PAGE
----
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Friday, September 26, 2008

I Rather Liked This Tower

posted by on September 26 at 11:40 AM

Especially for a corporate tower: pretty good. I especially liked its thin skin and small parts. It was light. Everything about it was waferly, not too hard or too thick, just flying upward. Now when I look at it I think about the evacuation of the regular-folks side of the business, the part that dealt in things like single, thin, waferly dollar bills. The building looks like stacks of bills to me. I think about them all just flying away.

DSC_1458.JPG
(Image from here.)

The other thing that is remarkable about this photograph, besides the way it depicts what now feels like the irresponsible airiness of the building, is that the old Washington Mutual Tower is reflected on its side. That old 1980s building is a hefty thing, stocky and packed with heavy-handed references to history. It’s not a good building. But it has the sort of reassuring sturdiness I wish I could believe in again when it comes to banking. That was always an illusion, I guess. The new building was, unfortunately, more honest.

RSS icon Comments

1

OK, all you "We love Jen" asswipes - I challenge each and every one of you to come up with the answers to this question :

1. What point does this post serve?

2. What makes the writing and thought in it good, much less meaningful?

3. Why should she (or anyone) get paid for this?

Posted by I'm serious | September 26, 2008 11:43 AM
2

um, you know they're not knocking down the building or anything, right?

Posted by happy renter | September 26, 2008 11:50 AM
3

Ignore @1

It was interesting to me. I came here to be interested. Job well done


(it was actually beautiful to me, not just interesting)


So what references to history does the older building have?

I was actually thinking about this yesterday when gazing at them that I believe the corner stones are heavily engraved and it got me thinking about what a trust of faith that is...


There's also an older building near westlake mall that they moved out of, right? I've seen the Washington Mutual Trust Bank seal there, can't remember the street

Posted by Non | September 26, 2008 11:52 AM
4

I had the idea for this exact "changing of the guards" photograph a few months ago when I was walking up Pike at 3rd, glanced back at the building, and saw the reflection of the old tower perfectly framed on the side. Nice to see someone else took the photograph for us to enjoy.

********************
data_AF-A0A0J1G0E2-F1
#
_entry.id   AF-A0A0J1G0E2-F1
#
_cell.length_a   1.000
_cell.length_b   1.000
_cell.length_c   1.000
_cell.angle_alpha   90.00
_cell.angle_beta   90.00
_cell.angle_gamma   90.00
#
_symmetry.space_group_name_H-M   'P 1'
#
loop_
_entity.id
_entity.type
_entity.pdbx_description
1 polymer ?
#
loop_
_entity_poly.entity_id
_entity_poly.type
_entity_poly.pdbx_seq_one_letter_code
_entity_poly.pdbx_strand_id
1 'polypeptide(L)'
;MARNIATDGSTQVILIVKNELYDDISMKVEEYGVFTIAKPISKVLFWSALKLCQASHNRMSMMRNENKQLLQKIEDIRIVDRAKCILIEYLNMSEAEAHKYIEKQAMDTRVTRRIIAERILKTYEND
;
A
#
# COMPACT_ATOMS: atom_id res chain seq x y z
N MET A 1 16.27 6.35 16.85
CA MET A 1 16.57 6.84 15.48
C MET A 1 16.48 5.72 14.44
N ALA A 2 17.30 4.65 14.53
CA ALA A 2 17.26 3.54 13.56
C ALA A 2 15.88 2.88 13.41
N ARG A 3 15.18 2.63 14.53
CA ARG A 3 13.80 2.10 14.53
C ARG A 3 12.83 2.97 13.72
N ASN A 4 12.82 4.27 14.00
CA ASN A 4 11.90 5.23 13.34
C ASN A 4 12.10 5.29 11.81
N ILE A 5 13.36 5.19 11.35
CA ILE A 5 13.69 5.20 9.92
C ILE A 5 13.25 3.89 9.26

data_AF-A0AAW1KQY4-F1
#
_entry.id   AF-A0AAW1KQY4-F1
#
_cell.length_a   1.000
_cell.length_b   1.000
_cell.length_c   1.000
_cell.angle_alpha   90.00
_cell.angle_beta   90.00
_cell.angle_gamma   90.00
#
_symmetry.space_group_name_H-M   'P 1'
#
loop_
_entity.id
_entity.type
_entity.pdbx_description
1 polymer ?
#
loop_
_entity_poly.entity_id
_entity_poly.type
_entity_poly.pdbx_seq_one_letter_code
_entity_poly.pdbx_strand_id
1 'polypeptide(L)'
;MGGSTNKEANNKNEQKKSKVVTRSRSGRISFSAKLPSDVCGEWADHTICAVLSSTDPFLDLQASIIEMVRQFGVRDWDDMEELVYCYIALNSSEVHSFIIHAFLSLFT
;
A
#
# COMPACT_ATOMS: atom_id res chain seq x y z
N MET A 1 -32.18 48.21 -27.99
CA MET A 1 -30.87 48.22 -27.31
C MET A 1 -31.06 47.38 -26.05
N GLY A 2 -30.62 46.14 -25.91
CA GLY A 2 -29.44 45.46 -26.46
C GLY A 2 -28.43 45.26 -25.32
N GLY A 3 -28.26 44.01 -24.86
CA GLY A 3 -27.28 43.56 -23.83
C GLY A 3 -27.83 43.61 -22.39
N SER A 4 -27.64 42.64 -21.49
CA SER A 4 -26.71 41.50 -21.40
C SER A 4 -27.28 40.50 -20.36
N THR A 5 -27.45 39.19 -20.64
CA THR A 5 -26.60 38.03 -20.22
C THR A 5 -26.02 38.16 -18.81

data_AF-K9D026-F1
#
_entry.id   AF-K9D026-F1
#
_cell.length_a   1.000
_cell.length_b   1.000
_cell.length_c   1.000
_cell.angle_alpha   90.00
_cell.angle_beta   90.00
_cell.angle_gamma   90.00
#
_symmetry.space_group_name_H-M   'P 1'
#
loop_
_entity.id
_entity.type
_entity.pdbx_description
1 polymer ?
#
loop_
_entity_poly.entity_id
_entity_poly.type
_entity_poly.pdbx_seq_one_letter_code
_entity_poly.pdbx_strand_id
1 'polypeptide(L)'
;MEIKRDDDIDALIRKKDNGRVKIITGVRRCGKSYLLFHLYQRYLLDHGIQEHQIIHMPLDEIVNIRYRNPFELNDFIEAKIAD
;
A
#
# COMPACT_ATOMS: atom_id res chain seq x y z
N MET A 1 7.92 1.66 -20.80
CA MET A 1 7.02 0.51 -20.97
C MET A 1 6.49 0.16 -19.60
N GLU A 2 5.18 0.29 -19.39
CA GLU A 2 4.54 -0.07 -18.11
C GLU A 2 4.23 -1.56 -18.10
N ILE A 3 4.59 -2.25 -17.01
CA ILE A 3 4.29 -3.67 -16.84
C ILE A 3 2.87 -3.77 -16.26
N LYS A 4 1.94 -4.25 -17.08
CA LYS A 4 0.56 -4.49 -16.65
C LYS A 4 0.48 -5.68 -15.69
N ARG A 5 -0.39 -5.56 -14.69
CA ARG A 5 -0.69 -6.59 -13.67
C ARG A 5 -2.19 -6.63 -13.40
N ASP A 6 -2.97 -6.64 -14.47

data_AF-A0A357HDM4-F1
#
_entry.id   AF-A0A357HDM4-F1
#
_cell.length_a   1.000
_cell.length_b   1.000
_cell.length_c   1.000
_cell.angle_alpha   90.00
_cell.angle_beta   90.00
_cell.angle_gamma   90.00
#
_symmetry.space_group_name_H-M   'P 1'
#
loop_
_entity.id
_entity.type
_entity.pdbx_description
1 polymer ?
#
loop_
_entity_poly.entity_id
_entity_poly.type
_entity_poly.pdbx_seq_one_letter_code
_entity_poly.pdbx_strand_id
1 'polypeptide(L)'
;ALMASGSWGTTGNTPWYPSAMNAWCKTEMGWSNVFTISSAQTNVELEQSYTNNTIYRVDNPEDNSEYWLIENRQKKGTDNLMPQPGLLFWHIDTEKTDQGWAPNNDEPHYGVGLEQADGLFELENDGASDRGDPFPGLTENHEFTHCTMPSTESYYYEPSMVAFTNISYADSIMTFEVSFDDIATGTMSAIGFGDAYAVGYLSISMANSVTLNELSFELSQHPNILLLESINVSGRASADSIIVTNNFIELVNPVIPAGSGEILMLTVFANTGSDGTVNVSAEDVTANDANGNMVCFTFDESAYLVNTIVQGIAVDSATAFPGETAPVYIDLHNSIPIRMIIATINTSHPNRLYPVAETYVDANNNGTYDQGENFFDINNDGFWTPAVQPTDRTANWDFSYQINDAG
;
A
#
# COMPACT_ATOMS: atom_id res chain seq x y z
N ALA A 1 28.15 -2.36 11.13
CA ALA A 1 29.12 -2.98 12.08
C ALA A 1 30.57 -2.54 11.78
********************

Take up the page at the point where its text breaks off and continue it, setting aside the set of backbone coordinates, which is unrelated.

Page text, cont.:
I disagree about the old tower, though. I love that building.

#1, as far as I know, no one gets paid for Slogging.

Posted by w7ngman | September 26, 2008 11:53 AM
5

@3 - "I was actually thinking about this yesterday when gazing at them that I believe the corner stones are heavily engraved and it got me thinking about what a trust of faith that is..."

Ahh, congratulations. The "being an even bigger idiot and taking the bullet" ploy. Well done.

Posted by I'm still serious | September 26, 2008 11:55 AM
6

Are you kidding me? The old building is beautiful, has life to it, and will always look good. The new building is simply another example of the unimaginative glass exoskeletons popping up all over the city.

Posted by Jack | September 26, 2008 11:57 AM
7

I wouldn't have seen this lovely picture were it not for Jen's post.

Though generally a fan of modernist architecture, I really like the old WaMu tower. It's solid and tasteful and is lovely and humane at the street level, which can't be said for many modern towers.

Also, there's nothing dishonest about referencing history in architecture. Most great buildings in the late 1800s and early 1900s tastefully copied centuries-old elements of Italian and Roman architecture.

Posted by smarko | September 26, 2008 12:01 PM
8

w7ngman, they get paid per Slog I heard. Or some of them do anyway

Posted by Non | September 26, 2008 12:01 PM
9

1. No point, just an observation.



2. It's referential to the notion that post-modern architecture with it's allusions to historical detail blown up to ridiculous proportion is familiar and somehow comforting to the average citizen, while Miesian modernism is still viewed as strange and fundamentally unstable.

3. People get paid for less than this all time.